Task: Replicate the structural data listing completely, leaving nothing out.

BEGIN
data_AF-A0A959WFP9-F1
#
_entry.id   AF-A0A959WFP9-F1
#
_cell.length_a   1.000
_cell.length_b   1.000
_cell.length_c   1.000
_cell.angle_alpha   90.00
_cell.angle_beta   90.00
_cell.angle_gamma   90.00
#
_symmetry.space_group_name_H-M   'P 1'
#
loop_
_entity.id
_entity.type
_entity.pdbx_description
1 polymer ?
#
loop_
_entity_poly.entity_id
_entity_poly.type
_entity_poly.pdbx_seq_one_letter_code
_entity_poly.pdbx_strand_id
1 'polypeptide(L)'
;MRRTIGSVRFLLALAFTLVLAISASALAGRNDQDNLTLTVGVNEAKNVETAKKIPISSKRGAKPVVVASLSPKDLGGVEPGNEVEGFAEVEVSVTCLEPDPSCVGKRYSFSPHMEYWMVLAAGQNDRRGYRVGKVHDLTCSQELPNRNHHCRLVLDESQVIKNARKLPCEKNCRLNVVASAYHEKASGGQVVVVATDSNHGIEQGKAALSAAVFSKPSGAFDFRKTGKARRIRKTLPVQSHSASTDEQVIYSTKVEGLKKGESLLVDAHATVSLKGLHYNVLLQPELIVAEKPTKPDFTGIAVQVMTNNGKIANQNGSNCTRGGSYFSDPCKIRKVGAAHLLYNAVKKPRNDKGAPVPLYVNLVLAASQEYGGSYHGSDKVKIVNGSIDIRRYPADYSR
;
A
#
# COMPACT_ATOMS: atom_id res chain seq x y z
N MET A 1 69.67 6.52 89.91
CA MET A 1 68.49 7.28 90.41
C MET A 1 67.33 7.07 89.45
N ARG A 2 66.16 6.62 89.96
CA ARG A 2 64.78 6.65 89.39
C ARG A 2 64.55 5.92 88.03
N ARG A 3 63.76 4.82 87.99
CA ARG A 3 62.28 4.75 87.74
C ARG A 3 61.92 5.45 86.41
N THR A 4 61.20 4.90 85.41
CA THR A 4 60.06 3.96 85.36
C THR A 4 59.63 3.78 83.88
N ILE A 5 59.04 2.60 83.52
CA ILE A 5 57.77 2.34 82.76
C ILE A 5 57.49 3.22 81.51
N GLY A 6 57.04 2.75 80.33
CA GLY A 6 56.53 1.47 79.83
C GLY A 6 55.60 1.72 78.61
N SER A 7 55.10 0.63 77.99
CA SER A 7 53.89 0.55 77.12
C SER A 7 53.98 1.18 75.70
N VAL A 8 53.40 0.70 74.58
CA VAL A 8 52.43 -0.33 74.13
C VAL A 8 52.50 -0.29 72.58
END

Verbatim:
data_AF-A0A959WFP9-F1
#
_entry.id   AF-A0A959WFP9-F1
#
_cell.length_a   1.000
_cell.length_b   1.000
_cell.length_c   1.000
_cell.angle_alpha   90.00
_cell.angle_beta   90.00
_cell.angle_gamma   90.00
#
_symmetry.space_group_name_H-M   'P 1'
#
loop_
_entity.id
_entity.type
_entity.pdbx_description
1 polymer ?
#
loop_
_entity_poly.entity_id
_entity_poly.type
_entity_poly.pdbx_seq_one_letter_code
_entity_poly.pdbx_strand_id
1 'polypeptide(L)'
;MRRTIGSVRFLLALAFTLVLAISASALAGRNDQDNLTLTVGVNEAKNVETAKKIPISSKRGAKPVVVASLSPKDLGGVEPGNEVEGFAEVEVSVTCLEPDPSCVGKRYSFSPHMEYWMVLAAGQNDRRGYRVGKVHDLTCSQELPNRNHHCRLVLDESQVIKNARKLPCEKNCRLNVVASAYHEKASGGQVVVVATDSNHGIEQGKAALSAAVFSKPSGAFDFRKTGKARRIRKTLPVQSHSASTDEQVIYSTKVEGLKKGESLLVDAHATVSLKGLHYNVLLQPELIVAEKPTKPDFTGIAVQVMTNNGKIANQNGSNCTRGGSYFSDPCKIRKVGAAHLLYNAVKKPRNDKGAPVPLYVNLVLAASQEYGGSYHGSDKVKIVNGSIDIRRYPADYSR
;
A
#
# COMPACT_ATOMS: atom_id res chain seq x y z
N MET A 1 69.67 6.52 89.91
CA MET A 1 68.49 7.28 90.41
C MET A 1 67.33 7.07 89.45
N ARG A 2 66.16 6.62 89.96
CA ARG A 2 64.78 6.65 89.39
C ARG A 2 64.55 5.92 88.03
N ARG A 3 63.76 4.82 87.99
CA ARG A 3 62.28 4.75 87.74
C ARG A 3 61.92 5.45 86.41
N THR A 4 61.20 4.90 85.41
CA THR A 4 60.06 3.96 85.36
C THR A 4 59.63 3.78 83.88
N ILE A 5 59.04 2.60 83.52
CA ILE A 5 57.77 2.34 82.76
C ILE A 5 57.49 3.22 81.51
N GLY A 6 57.04 2.75 80.33
CA GLY A 6 56.53 1.47 79.83
C GLY A 6 55.60 1.72 78.61
N SER A 7 55.10 0.63 77.99
CA SER A 7 53.89 0.55 77.12
C SER A 7 53.98 1.18 75.70
N VAL A 8 53.40 0.70 74.58
CA VAL A 8 52.43 -0.33 74.13
C VAL A 8 52.50 -0.29 72.58